December Poised to Be First Month With No Combat Deaths in Iraq War

December 31, 2009 - 6:01 AM
With the month of December drawing to a close, the Pentagon-reported death toll for Iraq stands at three, none of them combat-related.
Iraq violence

An Iraqi policeman inspects the site of a bombing in Ramadi, 70 miles west of Baghdad on Wednesday, Dec. 30, 2009. (AP Photo)

(CNSNews.com) – On the last day of 2009, December was on track Thursday to become the first month since the United States invaded Iraq almost seven years ago when not one U.S. soldier, sailor, airman or Marine has died in that country in combat-related circumstances.
 
With the month drawing to a close, the Pentagon-reported death toll for Iraq stands at three, none of them combat-related.
 
A month with no combat deaths has not been recorded since hostilities began in March 2003. In November, two U.S. soldiers were killed in combat, and another two in October. Prior to that, the lowest number for any one month was four deaths (all occurred this year, in January, March, August and again in September.)
 
According to a Cybercast News Service database of Iraq war casualties, the deadliest months in Iraq were November 2004, when 139 Americans were killed in combat; April 2004, when 125 Americans died; and May 2007, when 121 lives were lost. (see table showing monthly combat deaths since 2003)
 
The imminent landmark achievement – no combat deaths in December – comes despite a swell in violence in Anbar province, much of it targeting politicians ahead of national elections scheduled for March.
 
In the deadliest incident, a double bombing in Anbar’s capital, Ramadi, on Wednesday killed at least 27 people and wounded the provincial governor. Previous attacks in the province include a car bombing in Ramadi in September, in which 25 people were killed.
 
Anbar is the largest of Iraq’s 18 provinces, the Sunni heartland where the tribal leader-backed “awakening” movement emerged in 2006 and turned on the terrorist insurgency. That movement, together with the U.S. troop “surge” that took effect from mid-2007, stemmed the tide of violence that had wracked Anbar and other parts of the country.
 
In 2006, Anbar accounted for almost half of the U.S. combat deaths recorded in the entire country – 325, according to the database. The following year’s Anbar combat death toll was 142, in 2008 it was 27 and this year, it stands at six. (see graph showing U.S. fatalities since the troop “surge”)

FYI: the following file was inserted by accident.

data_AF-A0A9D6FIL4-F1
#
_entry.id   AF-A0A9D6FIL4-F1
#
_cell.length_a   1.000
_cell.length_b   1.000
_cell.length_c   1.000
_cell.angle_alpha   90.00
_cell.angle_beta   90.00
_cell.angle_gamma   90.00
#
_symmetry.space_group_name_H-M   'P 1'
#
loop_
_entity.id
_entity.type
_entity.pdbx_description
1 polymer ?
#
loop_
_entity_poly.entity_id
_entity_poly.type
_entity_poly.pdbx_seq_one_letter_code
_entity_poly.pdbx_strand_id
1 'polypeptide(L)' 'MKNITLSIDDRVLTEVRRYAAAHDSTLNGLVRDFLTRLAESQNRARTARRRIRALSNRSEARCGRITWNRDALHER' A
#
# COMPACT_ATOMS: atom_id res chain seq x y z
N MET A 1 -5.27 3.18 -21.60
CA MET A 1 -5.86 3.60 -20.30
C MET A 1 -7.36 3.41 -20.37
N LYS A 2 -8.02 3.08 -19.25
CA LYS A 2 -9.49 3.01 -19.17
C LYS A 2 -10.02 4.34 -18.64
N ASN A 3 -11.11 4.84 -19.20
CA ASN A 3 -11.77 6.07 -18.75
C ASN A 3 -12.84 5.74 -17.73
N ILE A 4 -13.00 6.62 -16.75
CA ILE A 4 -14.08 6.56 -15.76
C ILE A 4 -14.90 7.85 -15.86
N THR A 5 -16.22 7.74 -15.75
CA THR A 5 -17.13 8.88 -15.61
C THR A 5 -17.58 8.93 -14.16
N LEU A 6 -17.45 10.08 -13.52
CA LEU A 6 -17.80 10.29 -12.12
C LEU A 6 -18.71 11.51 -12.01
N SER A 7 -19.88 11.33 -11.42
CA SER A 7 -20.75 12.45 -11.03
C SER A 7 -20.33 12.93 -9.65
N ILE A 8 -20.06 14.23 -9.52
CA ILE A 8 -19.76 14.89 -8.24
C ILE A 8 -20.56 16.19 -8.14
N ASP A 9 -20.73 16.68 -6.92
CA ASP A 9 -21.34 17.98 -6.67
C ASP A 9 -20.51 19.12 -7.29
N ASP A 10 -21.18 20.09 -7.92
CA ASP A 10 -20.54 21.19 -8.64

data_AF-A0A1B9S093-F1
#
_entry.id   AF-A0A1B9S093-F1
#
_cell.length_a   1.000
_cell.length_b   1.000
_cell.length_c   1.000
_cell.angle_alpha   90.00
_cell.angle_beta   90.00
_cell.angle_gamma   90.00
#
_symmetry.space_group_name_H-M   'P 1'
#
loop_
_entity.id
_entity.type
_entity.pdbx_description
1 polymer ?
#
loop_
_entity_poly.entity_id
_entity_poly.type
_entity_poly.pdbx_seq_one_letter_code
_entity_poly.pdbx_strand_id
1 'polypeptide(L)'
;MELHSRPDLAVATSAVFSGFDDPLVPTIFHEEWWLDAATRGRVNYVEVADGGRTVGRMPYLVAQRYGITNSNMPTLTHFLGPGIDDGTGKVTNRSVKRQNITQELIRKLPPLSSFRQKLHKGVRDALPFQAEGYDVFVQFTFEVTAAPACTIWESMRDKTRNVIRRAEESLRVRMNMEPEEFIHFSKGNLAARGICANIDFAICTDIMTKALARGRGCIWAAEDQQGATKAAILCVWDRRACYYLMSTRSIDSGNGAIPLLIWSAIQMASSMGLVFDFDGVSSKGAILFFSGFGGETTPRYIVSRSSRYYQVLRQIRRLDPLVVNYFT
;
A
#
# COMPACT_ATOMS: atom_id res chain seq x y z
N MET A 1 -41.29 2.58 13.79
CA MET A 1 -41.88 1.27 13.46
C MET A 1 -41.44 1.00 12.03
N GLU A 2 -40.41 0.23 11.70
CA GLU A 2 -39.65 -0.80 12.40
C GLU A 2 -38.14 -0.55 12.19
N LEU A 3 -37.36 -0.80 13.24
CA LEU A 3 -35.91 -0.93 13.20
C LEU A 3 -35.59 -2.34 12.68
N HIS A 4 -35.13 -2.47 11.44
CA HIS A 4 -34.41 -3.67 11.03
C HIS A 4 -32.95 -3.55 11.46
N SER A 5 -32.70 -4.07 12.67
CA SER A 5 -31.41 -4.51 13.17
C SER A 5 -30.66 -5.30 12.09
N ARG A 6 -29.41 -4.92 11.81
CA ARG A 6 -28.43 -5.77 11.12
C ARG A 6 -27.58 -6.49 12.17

The most recent combat fatality in Anbar was the death on July 19 of Marine Lance Corporal Brandon Lara, a 20 year-old from Texas, who died while supporting combat operations there.
 
In September 2008, a largely pacified Anbar was handed over to Iraqi control. In mid-2009 U.S. forces there, as elsewhere in the country, were pulled back from urban areas in the first step of a staged withdrawal from Iraq.
Iraqi violence, Ramadi

Iraqi security forces at the site of a bombing in Ramadi, 70 miles west of Baghdad, on Wednesday, Dec. 30, 2009. Staggered explosions killed scores and wounded an Iraqi provincial governor. It was the worst violence in months to hit the western province that was formerly al-Qaida's top stronghold in Iraq.(AP Photo)

The recent violence in Anbar, as well as in Baghdad and several other parts of the country, has been widely predicted in the run up to the election, the first in four years, as al-Qaeda and others feed fears of Shi’ite domination and try to expose weaknesses in Iraqi security.
 
The December 2005 election, which produced a coalition headed by Shi’ite Prime Minister Nouri al-Maliki, went ahead relatively peacefully, but violence surged in the aftermath, sparking fears of a civil war until the troop surge brought Iraq back from the brink.
 
President Obama’s Iraqi withdrawal timetable envisages an end to all U.S. combat operations by the end of August 2010, and a complete withdrawal by the end of 2011.
 
U.S. casualties in Operation Iraqi Freedom in December
 
Marine Sgt. Ralph Anthony Webb Frietas, 23, of Detroit, Mich., died on Dec 8. as a result of “unknown causes” in Baghdad.
 
Army Pvt. Jhanner Tello, 29, of Los Angeles, Calif., died on Dec. 10 in Baghdad of injuries sustained during a non-combat related incident.
 
Army Pfc. Jaiciae L. Pauley, 29, of Austell, Ga., died on Dec. 11 in Kirkuk of injuries sustained from a non-combat related incident.
 
The Pentagon says the circumstances surrounding the three deaths are under investigation.